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Despite pleas from 32 municipalities to phase out gas-fired electricity generation, the Ontario government is doubling down on the role of natural gas in keeping the province’s lights on.

The provincial government plans to ramp up gas-fired generation to meet new demand and replace electricity from the Pickering nuclear station when it closes in 2024.

Provincial Energy Minister Todd Smith declined an interview request, but a ministry spokesperson pointed to an October report by Ontario’s Independent Electricity System Operator (IESO), a Crown corporation that oversees the province’s power system. According to the report, phasing out gas-fired generation by 2030 would cause blackouts and add $100 to monthly residential electricity bills.

“The significant impacts to affordability and reliability are unacceptable to our government as it would not only impact current consumers but would hinder other progressive actions to reduce emissions such as decarbonization and electrification,” said Palmer Lockridge, spokesperson for the Minister of Energy, in a written statement.

The minister has instructed the IESO to evaluate a moratorium on new natural gas generation, but the results aren’t due until November.

Since late 2020, municipalities across Ontario, including Toronto, Peel Region, Hamilton and Kingston, have called on Premier Doug Ford to phase out the province’s gas plants, saying they can’t meet their own goals to fight climate change unless Ontario stops using fossil fuels for electricity.

As municipalities work to reduce greenhouse gas emissions, the way electricity is generated becomes important. The main source of emissions in municipalities is fossil fuels burned for transportation and energy use in buildings. To lower those emissions, many cities plan to rely more on electricity, such as buying electric buses for public transit and promoting electric vehicle use, as they upgrade their infrastructure.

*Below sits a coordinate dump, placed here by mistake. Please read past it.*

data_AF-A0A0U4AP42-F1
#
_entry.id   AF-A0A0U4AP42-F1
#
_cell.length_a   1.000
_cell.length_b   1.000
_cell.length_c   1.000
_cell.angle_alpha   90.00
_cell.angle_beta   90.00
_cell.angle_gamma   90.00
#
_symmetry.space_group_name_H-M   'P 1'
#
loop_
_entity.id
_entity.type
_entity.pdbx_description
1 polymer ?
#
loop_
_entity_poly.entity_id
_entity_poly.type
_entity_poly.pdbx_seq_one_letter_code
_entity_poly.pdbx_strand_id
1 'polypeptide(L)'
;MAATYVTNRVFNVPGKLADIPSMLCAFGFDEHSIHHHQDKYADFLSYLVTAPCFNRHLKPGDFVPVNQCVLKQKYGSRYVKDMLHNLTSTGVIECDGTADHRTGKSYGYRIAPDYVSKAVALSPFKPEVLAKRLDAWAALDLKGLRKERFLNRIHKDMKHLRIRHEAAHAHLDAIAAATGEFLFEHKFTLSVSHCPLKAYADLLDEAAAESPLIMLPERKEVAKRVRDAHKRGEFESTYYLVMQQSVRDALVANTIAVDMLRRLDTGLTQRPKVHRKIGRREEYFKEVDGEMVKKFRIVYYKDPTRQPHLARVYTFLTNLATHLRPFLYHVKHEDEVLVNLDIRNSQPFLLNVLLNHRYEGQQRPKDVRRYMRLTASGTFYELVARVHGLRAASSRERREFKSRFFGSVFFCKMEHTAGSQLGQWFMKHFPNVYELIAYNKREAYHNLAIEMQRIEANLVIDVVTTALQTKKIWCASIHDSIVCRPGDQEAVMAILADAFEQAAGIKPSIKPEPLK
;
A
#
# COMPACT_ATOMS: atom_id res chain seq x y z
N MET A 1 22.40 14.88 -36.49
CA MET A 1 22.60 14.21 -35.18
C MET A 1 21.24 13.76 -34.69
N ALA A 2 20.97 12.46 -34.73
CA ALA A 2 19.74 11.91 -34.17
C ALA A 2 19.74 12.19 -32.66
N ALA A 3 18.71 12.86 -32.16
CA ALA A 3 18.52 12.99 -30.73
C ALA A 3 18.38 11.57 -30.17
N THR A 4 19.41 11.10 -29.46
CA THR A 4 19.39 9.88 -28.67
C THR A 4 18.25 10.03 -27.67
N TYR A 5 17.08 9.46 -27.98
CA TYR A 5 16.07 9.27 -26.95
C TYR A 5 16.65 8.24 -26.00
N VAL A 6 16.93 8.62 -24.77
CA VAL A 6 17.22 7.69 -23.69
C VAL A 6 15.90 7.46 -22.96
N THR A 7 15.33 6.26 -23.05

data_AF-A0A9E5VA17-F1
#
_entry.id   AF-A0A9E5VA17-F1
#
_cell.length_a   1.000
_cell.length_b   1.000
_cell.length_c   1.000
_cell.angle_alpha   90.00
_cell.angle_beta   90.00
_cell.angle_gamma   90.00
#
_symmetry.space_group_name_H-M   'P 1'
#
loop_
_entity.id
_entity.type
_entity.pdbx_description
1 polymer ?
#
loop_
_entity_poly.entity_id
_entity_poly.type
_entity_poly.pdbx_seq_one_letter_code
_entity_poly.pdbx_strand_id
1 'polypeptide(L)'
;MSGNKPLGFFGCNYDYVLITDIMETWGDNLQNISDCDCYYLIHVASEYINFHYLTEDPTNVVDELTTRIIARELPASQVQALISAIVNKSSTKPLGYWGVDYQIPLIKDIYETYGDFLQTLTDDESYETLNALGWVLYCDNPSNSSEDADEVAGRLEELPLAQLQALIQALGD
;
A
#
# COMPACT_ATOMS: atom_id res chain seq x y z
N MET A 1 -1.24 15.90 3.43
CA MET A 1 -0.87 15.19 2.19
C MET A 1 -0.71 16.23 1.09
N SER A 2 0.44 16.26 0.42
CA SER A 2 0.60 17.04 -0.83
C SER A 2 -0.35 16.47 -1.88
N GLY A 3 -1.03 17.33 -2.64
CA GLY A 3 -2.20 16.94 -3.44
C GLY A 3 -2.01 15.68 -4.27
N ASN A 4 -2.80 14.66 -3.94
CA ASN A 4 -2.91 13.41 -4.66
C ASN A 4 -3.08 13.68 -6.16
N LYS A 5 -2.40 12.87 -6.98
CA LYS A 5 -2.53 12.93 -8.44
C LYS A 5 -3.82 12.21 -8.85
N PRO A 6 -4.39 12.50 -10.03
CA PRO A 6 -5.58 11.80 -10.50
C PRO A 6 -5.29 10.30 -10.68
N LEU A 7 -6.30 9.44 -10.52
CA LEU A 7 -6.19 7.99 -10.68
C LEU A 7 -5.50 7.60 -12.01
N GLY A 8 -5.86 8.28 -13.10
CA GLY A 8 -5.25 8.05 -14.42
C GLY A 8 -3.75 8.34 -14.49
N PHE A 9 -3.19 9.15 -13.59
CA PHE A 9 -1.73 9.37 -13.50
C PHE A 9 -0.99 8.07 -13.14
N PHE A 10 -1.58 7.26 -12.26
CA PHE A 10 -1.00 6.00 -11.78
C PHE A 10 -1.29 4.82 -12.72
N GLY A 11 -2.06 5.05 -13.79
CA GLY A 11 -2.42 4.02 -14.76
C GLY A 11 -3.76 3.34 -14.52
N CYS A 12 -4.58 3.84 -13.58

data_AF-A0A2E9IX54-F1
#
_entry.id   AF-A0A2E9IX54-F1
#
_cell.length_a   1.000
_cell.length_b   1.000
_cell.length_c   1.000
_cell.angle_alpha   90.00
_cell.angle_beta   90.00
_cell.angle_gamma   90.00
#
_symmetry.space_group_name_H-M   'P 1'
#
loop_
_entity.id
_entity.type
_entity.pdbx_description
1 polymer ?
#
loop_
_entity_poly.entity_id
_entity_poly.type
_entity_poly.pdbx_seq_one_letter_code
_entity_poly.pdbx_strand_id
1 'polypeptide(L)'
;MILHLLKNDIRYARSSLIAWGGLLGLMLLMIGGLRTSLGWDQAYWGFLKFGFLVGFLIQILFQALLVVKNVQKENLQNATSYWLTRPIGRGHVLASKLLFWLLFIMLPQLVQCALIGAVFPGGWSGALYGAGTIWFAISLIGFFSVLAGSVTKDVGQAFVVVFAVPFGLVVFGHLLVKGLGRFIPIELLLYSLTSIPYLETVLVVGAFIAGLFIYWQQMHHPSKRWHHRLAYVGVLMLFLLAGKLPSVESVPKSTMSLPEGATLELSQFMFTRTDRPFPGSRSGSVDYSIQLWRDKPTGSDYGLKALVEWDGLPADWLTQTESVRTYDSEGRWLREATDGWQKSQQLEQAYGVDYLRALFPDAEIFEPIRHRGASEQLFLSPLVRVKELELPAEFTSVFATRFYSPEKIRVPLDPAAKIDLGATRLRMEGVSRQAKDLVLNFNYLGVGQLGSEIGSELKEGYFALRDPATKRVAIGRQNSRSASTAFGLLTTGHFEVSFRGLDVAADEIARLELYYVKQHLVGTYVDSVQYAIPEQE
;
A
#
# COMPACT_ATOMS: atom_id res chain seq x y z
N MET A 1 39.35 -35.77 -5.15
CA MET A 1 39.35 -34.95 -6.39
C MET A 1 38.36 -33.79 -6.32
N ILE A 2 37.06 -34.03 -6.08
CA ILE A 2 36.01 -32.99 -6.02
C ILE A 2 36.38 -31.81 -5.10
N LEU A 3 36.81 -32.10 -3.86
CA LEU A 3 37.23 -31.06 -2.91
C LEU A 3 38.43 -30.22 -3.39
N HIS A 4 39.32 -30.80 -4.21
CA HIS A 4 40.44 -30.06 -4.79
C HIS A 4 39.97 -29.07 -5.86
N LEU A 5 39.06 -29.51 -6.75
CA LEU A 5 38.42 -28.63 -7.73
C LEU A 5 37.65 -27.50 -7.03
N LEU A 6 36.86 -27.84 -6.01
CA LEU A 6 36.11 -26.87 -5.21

In Ottawa, the latest municipality to call for a phaseout, Coun. Shawn Menard said the phaseout of natural gas plants is going to happen at some point, and the city needs to be on board even if there’s pushback on the timing.

“The same concerns were expressed about coal by the IESO — the exact same concerns — and you’ve seen a coal phaseout,” he told city council in October. “The reason you’ve seen that coal phaseout is because people got behind it and pushed for that initiative.”

According to a new report by the Ontario Clean Air Alliance, which launched the gas phaseout campaign, the IESO analysis is based on faulty assumptions.

“It doesn’t make sense for Doug Ford to be promoting the electric vehicle industry here in Ontario if we’re creating a dirty power grid to power our electric vehicles.” – Jack Gibbons, Ontario Clean Air Alliance

“They ignored some of our lowest cost options to phase out the gas-fired power plants,” said Jack Gibbons, chair of the Ontario Clean Air Alliance. He also said the IESO report ignored the full carbon tax savings that would come from phasing out gas-fired generation and included a $3-billion price tag for a nuclear reactor.